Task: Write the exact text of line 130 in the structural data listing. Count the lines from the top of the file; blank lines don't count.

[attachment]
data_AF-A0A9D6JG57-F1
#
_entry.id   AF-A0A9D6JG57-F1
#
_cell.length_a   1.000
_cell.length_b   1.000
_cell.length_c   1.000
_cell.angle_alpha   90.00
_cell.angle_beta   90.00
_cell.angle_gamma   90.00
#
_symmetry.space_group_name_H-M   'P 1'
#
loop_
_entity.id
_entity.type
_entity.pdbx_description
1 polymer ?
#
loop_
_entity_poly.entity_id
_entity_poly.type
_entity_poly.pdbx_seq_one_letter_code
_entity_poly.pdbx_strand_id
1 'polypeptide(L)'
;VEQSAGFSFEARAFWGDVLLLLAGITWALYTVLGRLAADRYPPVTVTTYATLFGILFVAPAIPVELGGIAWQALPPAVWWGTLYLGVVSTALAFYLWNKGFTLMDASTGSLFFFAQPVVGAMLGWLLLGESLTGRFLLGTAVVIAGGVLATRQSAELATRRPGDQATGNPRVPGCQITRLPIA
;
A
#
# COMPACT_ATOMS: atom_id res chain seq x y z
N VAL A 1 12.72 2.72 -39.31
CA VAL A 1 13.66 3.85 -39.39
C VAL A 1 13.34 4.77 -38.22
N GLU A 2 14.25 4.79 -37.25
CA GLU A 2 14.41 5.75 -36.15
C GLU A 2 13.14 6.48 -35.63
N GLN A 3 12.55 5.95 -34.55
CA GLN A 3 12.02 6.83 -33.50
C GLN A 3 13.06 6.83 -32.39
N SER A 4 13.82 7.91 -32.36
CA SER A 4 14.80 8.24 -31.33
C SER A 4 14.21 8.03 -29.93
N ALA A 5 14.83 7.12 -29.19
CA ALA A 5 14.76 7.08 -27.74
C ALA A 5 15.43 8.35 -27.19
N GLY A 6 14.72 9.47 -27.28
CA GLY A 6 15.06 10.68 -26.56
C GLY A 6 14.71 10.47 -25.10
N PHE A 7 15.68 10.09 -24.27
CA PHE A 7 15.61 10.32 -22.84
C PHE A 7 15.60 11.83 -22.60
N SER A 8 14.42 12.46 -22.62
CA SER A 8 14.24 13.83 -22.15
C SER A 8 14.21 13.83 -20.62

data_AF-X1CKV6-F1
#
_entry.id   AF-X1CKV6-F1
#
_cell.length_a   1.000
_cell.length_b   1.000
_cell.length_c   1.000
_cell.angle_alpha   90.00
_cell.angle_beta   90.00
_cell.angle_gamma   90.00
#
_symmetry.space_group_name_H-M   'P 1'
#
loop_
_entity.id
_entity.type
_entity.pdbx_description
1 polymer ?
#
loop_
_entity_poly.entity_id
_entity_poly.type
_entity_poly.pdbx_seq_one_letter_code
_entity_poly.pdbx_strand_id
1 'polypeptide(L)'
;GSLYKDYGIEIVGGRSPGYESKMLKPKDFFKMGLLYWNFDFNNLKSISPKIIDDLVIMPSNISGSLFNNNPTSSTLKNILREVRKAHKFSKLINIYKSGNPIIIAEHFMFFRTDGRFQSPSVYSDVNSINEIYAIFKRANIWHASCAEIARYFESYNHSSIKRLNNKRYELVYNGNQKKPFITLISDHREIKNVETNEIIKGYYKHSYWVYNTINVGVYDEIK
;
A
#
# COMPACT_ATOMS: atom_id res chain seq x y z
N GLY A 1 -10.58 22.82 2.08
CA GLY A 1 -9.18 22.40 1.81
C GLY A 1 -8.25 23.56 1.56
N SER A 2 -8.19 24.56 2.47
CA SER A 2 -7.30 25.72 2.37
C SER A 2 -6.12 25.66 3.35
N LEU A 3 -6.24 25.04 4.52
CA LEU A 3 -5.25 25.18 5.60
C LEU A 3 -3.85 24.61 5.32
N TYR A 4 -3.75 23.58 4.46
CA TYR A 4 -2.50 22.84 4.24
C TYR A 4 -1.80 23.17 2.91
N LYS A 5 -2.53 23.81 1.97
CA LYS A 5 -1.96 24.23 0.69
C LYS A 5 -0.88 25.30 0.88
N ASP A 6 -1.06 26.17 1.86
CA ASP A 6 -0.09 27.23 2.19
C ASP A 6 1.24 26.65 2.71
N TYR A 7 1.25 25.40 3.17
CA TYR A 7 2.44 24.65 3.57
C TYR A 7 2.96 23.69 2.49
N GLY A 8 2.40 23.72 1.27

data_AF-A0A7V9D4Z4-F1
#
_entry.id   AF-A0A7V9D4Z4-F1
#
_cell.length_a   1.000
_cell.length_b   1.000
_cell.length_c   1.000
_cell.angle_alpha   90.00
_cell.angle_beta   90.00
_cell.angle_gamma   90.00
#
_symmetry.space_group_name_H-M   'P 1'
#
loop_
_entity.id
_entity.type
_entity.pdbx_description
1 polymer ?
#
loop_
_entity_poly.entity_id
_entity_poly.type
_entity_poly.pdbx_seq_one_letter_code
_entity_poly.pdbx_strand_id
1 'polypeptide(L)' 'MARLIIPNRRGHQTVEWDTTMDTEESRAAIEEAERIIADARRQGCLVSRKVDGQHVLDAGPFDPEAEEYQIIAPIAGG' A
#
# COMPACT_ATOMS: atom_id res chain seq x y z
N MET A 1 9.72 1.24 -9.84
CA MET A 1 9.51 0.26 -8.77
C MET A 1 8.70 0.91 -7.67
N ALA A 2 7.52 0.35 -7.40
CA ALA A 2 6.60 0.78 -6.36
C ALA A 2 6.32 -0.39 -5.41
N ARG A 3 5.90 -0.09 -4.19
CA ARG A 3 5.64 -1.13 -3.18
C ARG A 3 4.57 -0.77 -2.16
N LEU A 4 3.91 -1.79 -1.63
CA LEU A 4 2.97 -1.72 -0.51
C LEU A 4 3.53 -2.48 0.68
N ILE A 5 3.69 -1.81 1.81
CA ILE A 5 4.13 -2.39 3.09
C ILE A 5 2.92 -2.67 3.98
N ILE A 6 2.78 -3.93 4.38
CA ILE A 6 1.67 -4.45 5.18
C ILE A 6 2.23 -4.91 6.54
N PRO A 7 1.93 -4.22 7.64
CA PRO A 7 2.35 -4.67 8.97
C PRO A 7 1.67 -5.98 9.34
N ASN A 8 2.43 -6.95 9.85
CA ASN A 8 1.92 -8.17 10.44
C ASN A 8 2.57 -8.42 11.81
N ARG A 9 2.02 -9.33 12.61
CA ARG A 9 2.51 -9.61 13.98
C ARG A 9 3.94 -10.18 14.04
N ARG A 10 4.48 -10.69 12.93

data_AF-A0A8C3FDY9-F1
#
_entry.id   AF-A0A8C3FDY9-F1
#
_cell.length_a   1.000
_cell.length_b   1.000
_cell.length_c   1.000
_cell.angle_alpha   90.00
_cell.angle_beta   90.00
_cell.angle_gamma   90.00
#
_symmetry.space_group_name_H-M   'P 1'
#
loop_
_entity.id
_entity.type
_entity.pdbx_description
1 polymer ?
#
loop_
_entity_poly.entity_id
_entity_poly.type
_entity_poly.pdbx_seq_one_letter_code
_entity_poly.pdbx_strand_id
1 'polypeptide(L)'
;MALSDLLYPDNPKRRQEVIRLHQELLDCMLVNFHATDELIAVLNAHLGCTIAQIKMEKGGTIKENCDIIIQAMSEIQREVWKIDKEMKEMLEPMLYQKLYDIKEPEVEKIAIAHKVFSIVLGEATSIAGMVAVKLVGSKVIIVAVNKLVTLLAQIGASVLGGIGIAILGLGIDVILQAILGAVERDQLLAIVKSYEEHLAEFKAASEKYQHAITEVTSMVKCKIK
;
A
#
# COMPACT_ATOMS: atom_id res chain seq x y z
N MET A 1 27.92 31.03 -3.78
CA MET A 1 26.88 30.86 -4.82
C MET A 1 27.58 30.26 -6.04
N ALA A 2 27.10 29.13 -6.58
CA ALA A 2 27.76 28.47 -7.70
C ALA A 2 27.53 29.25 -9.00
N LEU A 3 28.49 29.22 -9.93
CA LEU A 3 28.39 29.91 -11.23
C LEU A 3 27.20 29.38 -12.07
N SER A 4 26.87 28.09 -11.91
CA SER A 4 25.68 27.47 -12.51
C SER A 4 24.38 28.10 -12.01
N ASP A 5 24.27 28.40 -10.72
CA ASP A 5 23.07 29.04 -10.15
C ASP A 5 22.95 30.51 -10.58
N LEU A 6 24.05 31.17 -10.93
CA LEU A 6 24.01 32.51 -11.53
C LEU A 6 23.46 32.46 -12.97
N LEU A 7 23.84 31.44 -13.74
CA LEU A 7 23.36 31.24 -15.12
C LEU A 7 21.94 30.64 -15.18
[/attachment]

_entity_poly.pdbx_strand_id